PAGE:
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Discussion Starter #1
Hi All,

I Recently purchased a home with a finished basement, and want to avoid water in the basement at all costs. On one side of the home, the grade slopes a little towards the home (not more than a few inches across 4-6 ft). THe inspector advised that we would want to do something to remedy this, especially since there was signs of some very light water damage on the studs of the finished basement along that wall, but nothing too recent.

One suggestion I have recieved is putting a drainage pipe in the ground, and running that into the backyard where it slopes downhill.

I don't know if this falls under plumbing or landscaping, but does anyone have any experience with this? I am hoping to do this myself.
 

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12"x12" 3/4" washed stone wrapped in filter fabric with a 4" perforated pipe in it. Place it right below the top soil layer (4-6") and extend to daylight with a minimum of 1/8" per foor pitch.
 

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You can also do a search here (or google) "french drain" for more info. We had a similar issue with our last home, but moved before actually doing anything about it so I can't give you first hand experience.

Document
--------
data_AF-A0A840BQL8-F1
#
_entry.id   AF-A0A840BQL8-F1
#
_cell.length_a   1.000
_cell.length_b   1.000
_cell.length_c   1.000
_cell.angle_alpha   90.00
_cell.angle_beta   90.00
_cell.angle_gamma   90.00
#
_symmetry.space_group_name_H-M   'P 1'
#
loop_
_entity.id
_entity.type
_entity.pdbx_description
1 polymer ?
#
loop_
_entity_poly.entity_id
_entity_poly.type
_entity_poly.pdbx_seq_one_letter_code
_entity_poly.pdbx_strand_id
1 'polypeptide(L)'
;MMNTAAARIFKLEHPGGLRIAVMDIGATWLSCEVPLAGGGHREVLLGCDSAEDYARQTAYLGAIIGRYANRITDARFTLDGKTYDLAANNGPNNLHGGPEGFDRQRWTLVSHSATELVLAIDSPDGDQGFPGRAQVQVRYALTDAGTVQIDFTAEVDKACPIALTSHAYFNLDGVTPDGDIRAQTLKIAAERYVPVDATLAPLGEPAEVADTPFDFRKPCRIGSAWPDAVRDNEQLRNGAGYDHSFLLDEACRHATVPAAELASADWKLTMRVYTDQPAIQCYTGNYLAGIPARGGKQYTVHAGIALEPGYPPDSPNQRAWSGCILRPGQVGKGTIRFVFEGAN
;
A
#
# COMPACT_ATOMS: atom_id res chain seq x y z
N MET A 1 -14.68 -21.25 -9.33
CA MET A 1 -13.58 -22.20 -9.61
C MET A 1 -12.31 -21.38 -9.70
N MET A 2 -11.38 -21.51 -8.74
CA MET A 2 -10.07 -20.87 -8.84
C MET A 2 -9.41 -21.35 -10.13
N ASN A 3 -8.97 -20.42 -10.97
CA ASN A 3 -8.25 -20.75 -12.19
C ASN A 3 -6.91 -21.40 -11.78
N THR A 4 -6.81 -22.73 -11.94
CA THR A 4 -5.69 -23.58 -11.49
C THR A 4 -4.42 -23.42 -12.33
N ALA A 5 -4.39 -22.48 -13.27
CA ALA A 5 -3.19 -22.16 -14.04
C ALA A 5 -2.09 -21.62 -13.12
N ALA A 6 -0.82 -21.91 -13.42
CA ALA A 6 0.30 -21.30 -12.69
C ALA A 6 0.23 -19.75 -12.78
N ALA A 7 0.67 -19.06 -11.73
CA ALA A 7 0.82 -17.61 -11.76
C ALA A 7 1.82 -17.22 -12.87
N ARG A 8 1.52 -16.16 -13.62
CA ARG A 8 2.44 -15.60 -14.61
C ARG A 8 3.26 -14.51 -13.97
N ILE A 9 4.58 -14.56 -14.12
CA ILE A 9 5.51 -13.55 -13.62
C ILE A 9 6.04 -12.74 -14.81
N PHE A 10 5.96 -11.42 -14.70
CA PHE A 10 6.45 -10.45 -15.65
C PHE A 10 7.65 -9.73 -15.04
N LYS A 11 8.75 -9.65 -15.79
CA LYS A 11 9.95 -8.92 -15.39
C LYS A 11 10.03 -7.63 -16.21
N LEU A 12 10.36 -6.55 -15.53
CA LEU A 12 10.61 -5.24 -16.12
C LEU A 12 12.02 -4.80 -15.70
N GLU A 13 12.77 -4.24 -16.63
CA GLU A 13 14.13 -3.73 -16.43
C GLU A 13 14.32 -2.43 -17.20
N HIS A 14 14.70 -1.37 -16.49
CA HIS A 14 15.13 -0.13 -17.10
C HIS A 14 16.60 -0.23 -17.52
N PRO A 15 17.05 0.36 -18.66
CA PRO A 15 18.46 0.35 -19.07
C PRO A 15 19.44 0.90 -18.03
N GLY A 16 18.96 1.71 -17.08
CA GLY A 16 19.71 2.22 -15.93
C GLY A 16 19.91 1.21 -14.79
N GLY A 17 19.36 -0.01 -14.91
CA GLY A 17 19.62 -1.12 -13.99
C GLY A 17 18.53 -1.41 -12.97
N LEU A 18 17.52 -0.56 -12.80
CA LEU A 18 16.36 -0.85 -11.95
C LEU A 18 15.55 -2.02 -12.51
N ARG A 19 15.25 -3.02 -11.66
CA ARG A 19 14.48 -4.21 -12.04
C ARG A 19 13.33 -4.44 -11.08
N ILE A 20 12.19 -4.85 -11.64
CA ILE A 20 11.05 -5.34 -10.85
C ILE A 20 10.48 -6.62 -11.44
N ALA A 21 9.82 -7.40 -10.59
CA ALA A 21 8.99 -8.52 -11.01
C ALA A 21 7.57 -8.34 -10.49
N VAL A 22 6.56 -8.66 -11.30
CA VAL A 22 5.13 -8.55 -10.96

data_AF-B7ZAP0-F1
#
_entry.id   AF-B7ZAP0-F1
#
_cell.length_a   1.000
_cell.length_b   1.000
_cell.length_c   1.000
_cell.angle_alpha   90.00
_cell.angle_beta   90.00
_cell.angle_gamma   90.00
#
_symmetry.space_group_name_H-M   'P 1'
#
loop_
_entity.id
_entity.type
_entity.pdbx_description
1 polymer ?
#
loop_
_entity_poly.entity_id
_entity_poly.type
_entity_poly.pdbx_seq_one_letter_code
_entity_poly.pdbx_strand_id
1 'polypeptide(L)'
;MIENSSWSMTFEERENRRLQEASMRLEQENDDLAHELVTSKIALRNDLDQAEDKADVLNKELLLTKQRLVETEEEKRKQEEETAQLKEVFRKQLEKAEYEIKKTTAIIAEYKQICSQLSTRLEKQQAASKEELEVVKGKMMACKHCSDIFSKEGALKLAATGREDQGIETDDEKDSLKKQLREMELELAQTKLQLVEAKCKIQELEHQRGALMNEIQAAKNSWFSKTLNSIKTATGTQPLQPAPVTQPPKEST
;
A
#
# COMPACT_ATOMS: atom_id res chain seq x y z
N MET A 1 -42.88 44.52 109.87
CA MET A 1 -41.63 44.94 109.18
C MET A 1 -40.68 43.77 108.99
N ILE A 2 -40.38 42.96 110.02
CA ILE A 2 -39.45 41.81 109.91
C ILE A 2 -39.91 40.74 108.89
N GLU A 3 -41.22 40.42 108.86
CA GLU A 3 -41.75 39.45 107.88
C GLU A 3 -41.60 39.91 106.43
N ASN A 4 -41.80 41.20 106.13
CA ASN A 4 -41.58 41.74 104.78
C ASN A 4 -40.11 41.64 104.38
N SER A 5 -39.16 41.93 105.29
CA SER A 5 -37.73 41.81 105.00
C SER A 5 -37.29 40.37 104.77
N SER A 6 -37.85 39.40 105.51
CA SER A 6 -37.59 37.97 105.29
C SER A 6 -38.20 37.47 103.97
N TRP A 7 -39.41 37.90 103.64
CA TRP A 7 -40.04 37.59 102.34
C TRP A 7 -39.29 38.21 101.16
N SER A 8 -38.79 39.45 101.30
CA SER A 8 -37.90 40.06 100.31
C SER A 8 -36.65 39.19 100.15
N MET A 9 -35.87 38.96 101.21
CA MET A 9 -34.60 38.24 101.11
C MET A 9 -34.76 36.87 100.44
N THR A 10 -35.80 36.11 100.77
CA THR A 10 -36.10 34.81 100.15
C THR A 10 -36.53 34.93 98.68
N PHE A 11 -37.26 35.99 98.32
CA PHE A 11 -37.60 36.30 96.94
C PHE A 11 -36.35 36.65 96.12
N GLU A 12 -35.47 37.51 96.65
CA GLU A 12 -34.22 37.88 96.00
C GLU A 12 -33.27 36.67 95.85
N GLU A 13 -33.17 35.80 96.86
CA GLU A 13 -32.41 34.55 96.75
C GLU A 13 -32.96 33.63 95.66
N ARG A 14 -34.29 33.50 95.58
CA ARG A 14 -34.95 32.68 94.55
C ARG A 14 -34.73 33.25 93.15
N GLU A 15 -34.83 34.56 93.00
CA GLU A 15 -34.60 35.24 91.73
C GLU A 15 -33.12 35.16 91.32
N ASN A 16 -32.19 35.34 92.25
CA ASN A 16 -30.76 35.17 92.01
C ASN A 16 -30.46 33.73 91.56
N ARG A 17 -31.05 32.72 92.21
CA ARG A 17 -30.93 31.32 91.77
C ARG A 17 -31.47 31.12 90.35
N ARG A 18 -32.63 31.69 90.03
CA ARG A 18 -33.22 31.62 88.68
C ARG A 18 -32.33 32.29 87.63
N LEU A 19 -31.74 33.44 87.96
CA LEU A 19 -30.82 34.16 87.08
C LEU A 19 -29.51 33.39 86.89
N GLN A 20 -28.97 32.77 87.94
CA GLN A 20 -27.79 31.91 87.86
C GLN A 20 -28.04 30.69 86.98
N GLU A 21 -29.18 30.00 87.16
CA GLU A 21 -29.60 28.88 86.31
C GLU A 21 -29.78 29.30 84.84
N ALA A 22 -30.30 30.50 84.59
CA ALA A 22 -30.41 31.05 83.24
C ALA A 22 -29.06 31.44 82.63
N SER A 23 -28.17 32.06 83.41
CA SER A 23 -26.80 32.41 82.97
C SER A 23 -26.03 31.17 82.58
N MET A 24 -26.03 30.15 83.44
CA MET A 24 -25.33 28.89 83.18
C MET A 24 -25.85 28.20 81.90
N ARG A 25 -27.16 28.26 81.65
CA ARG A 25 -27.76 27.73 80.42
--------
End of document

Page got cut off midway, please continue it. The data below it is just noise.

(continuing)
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to clarify the two posts, what I described is essentially a french drain. Overall dimensions (12x12 in my case) can vary depending on water loads.
 

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Discussion Starter #5
Is it ok to dig right alongside the foundation or do I need to leave some dirt between the foundatation and my trench?
 

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If you're putting it tight to the foundation I might suggest to line the base of the trench and part of the walls with a plastic liner so that the water is "forced" out the pipe. Without the plastic, the trench might act as a kind of drywell and create an area, right next to your house, for water to congregate.

The ideal spot to put the trench would be 5' away from the house with the soil pitched away from the house to the trench at least 1" down. Don't know if this is possible, but if it is, it would be ideal. That way any water that the pipe can't get can soak into soils that aren't right against your house.
 

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Discussion Starter #7
If you're putting it tight to the foundation I might suggest to line the base of the trench and part of the walls with a plastic liner so that the water is "forced" out the pipe. Without the plastic, the trench might act as a kind of drywell and create an area, right next to your house, for water to congregate.

The ideal spot to put the trench would be 5' away from the house with the soil pitched away from the house to the trench at least 1" down. Don't know if this is possible, but if it is, it would be ideal. That way any water that the pipe can't get can soak into soils that aren't right against your house.
Things I would never think of. Thank! yall are the best!
 
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